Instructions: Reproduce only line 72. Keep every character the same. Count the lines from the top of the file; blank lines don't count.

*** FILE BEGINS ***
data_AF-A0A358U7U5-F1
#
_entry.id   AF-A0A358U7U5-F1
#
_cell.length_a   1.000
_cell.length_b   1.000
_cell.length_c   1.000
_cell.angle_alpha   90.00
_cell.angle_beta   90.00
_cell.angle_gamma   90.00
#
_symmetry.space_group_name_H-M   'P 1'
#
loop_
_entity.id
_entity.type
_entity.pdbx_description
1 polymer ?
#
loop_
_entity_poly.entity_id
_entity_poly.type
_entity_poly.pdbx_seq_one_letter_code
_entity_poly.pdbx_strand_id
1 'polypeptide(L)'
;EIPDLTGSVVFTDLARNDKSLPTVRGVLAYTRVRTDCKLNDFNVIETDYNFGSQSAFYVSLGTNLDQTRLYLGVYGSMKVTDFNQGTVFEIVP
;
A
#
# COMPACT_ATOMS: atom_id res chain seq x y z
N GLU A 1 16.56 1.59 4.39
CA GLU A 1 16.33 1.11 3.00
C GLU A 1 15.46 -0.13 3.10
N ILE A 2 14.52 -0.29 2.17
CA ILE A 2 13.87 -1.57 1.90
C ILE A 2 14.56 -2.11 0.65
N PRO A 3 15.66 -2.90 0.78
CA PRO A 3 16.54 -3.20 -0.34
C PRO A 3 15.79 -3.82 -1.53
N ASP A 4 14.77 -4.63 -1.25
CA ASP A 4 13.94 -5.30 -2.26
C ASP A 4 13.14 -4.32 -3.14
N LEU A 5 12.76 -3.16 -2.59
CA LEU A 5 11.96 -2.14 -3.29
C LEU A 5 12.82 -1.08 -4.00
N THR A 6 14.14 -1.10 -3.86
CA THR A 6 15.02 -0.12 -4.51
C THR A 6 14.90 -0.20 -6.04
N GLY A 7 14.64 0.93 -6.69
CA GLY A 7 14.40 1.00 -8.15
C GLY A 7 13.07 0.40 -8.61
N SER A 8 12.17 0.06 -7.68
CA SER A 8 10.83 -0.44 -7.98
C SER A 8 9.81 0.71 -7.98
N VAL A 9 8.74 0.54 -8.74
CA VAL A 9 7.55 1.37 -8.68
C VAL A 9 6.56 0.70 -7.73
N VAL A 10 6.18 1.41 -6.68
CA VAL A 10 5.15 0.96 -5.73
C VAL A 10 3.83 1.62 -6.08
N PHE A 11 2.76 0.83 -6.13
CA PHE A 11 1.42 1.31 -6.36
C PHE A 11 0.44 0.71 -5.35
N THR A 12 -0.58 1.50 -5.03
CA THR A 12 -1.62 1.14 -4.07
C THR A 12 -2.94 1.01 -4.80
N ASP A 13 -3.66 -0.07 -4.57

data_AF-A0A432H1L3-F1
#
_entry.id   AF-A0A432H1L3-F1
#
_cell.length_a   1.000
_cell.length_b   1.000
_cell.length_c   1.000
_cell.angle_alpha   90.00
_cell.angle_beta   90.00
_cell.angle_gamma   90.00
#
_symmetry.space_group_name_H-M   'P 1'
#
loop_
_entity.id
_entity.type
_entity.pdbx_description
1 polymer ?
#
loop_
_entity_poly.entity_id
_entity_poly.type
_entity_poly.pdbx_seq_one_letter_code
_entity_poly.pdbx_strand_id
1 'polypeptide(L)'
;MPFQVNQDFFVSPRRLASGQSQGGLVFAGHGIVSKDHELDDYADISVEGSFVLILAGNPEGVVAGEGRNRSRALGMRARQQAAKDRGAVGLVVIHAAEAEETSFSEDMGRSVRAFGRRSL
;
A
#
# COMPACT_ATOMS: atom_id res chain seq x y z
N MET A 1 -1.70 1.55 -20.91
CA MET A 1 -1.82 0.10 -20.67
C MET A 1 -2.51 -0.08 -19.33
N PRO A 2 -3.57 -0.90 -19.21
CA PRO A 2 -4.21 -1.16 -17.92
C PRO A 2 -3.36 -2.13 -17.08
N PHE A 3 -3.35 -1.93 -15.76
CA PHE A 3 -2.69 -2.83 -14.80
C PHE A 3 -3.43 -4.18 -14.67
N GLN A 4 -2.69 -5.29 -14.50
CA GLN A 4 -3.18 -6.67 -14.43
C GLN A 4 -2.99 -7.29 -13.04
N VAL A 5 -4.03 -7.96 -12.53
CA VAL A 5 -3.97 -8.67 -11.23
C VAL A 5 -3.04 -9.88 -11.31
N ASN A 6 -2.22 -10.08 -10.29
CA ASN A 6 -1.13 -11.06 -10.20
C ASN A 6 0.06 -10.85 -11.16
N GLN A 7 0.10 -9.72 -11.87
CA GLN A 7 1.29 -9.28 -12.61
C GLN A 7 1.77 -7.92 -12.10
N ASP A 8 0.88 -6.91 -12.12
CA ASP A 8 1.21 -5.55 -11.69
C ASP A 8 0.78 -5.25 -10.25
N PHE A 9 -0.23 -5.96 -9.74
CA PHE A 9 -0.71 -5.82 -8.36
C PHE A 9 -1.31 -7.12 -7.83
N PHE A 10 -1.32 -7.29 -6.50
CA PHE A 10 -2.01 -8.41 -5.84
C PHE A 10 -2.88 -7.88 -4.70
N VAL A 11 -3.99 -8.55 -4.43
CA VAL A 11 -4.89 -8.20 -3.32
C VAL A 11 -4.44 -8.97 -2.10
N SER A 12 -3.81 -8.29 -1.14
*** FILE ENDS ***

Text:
_cell.length_a   1.000